Brake Repair and Replacement
From the brake pedal to hydraulic brake fluid, brake master cylinder to power brake booster, drum brakes to disc brakes and electronic anti-lock brake sensors, Voigt’s Service Center ASE certified technicians know every part of your brake system inside and out!
The following represents the array of services performed at Certified Car Care
- Front and/or Rear Disc pads Machine Rotors and/or Drums
- Front and/or Rear brake shoes Pack Wheel Bearings
- Internal Inspection Install and/or Machine Rotors and Drums
- Master Cylinder replacement Bleed, Fill and Adjust Brake System
- Brake Line and Hoses Replacement Power Boosters
- Disc Brake Hardware Anti-Lock Braking System (ABS) Diagnostics and Service
- Drum Brake Hardware and/or Return Springs Parking Brake Service
Other related services
- Wheel Bearing Service and Replacement Bearing Service
- Hub Assemblies Hub Bearings
- Front Wheel Drive Bearings Shocks and Struts
- Coil Springs and Torsion Bars Leaf Springs
- Ball Joints Idler Arms
- Tie Rods/Steering Linkage Components Pittman Arms
- Suspension Bushings Control Arms
- Spindles / Knuckles Rack and Pinion Service (Replacement, sockets or boots)
AUTOMOTIVE HYDRAULIC BRAKE SYSTEM
Your car’s brakes use a hydraulic system, including:
- the Master Cylinder
- Disc Brake Calipers (disc brakes)
- Wheel Cylinders (drum brakes)
- Hydraulic lines and hoses
- Combination/Proportioning Valve
- Vacuum Power Booster the conventional brake system
When you push on the brake pedal, the force of your leg generates hydraulic pressure in the master cylinder, which then flows through the hydraulic lines and hoses to the wheel cylinders and calipers. The hydraulic force applies pressure through the wheel cylinders and calipers, forcing the brake shoes against the drum brakes and the pads against the rotors (disc brakes). Cars and light trucks also have a parking brake, which mechanically activates the rear brakes of the vehicle through a cable. This is also sometimes referred to as the emergency brake.brake hydraulic system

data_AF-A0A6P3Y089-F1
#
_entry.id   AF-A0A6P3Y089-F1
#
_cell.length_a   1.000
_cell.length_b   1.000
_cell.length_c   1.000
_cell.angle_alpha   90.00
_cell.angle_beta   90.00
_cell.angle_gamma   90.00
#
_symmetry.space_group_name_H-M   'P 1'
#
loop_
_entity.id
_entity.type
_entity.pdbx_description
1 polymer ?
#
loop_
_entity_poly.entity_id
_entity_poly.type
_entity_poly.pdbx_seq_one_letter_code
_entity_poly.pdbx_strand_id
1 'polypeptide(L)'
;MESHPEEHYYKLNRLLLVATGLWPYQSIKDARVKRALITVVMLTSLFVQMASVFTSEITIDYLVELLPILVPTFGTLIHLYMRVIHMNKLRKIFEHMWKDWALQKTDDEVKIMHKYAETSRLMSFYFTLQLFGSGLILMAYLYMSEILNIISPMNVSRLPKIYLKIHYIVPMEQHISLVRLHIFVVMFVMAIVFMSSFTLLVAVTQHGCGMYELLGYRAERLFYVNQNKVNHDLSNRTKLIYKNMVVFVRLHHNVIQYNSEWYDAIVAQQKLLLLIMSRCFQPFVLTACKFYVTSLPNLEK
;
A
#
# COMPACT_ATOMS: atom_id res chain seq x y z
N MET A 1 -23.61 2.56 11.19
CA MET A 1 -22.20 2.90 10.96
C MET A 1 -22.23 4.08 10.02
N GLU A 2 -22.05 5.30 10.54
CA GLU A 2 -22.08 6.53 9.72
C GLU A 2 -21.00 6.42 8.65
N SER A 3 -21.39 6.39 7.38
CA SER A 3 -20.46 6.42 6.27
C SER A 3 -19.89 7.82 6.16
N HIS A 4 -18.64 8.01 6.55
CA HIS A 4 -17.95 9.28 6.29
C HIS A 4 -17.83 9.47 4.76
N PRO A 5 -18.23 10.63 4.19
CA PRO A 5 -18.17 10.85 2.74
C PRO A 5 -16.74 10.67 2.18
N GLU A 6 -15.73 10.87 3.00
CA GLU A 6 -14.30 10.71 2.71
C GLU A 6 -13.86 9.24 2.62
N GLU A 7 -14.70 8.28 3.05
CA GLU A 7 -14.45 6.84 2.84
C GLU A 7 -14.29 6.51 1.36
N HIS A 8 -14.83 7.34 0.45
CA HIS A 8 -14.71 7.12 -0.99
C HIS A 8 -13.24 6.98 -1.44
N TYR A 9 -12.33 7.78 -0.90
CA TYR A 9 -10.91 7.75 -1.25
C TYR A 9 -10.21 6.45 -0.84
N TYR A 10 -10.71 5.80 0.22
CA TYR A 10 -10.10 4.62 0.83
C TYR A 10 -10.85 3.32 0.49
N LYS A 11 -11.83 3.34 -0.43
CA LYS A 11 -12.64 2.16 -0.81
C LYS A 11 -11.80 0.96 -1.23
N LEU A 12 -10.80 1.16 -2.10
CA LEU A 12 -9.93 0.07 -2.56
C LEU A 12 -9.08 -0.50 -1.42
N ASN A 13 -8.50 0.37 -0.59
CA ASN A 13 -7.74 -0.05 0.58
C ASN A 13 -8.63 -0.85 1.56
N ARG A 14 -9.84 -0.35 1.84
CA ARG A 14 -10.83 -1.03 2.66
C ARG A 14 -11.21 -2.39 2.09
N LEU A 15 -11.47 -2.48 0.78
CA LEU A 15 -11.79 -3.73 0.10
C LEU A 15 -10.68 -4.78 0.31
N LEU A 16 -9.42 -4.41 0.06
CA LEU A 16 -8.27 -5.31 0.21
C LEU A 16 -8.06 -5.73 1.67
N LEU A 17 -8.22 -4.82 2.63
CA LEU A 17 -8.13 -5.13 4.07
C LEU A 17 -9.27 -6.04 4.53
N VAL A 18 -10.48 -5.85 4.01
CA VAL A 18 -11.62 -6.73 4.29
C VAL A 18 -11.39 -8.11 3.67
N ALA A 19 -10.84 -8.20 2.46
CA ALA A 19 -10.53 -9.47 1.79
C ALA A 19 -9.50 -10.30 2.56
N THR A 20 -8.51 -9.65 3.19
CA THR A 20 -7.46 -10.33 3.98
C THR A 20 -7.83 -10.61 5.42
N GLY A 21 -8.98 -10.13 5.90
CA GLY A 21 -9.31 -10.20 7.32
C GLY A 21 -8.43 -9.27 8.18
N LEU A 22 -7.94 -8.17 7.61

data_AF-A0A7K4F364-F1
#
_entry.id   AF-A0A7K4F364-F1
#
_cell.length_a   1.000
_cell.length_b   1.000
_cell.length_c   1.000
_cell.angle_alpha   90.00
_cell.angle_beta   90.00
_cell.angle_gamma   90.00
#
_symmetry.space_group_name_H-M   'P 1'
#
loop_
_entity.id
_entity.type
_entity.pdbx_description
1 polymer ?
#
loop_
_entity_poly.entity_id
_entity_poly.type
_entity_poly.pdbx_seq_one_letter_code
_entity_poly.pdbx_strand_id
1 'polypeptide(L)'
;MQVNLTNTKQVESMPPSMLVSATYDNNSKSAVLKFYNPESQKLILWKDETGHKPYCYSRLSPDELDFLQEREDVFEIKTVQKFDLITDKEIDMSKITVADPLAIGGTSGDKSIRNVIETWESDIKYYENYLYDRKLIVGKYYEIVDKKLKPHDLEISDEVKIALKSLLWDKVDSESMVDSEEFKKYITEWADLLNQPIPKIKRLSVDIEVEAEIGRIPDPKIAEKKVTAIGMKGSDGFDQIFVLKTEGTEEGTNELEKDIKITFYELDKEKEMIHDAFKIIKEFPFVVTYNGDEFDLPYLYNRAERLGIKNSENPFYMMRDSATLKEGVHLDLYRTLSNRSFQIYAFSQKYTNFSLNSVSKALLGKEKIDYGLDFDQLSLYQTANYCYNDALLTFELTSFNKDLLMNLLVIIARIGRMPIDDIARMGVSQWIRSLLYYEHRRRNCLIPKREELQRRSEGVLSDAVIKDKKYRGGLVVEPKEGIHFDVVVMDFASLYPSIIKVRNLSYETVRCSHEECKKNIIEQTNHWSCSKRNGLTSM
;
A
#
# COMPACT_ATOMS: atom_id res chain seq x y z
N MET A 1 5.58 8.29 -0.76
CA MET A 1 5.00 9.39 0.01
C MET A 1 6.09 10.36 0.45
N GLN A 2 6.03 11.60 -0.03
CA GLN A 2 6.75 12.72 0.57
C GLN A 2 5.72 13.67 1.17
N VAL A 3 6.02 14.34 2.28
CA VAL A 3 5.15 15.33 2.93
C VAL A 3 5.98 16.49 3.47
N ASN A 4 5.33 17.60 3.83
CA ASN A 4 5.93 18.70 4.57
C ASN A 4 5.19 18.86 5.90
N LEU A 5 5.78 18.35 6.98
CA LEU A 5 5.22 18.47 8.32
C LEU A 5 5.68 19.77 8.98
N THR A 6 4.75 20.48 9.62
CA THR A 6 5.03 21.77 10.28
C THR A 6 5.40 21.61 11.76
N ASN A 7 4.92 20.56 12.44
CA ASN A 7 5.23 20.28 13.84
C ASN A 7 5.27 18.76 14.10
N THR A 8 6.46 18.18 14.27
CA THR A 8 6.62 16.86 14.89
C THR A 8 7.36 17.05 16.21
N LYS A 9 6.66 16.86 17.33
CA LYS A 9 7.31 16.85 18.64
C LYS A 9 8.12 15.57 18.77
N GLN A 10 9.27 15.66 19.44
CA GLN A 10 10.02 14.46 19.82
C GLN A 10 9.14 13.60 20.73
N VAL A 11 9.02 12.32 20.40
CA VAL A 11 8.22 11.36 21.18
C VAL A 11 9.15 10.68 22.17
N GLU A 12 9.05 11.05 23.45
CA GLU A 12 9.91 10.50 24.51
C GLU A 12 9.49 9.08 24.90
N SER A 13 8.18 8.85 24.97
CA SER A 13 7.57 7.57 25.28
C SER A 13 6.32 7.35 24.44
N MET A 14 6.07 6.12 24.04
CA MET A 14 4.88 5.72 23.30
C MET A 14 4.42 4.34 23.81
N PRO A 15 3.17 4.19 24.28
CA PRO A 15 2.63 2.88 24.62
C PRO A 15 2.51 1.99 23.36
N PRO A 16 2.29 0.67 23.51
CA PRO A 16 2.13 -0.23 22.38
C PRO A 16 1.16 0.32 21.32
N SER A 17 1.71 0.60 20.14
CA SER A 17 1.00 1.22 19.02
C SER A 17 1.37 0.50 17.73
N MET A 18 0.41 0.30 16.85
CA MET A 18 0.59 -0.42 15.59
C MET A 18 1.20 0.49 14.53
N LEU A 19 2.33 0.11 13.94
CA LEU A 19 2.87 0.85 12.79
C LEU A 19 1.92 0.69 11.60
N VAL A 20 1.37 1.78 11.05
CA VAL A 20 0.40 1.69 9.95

In the early 1960’s, cars began using split hydraulic systems and tandem master cylinders. Essentially, this divided the hydraulic system into two separate systems (front and back), ensuring proper hydraulic and braking on one side of the system, if a leak developed on the other side. In the 1980’s, some car makers began to use diagonally split systems, which took safety a step further. Instead of splitting the system into front and rear, the system was now hydraulically divided into left-rear/right-front and right-rear/left-front. By maintaining one front and one rear brake, the result is more balanced braking when the system develops a leak. By law, all of today’s cars are required to use some type of hydraulically split system.
Purpose: The brake system absorbs the energy of the moving car and converts it into heat. Proper brake operation is critical to the safety of your car. Brake safety has increased even further due to the widespread use of anti-lock brakes (ABS).
Maintenance Tips/Suggestions: Have your car’s brakes inspected annually to make sure everything’s OK. It’s always best to be able to plan ahead for brake work by knowing brake condition as your car ages. Brakes are a normal wear item for any car, so sooner or later they’re going to need replacement.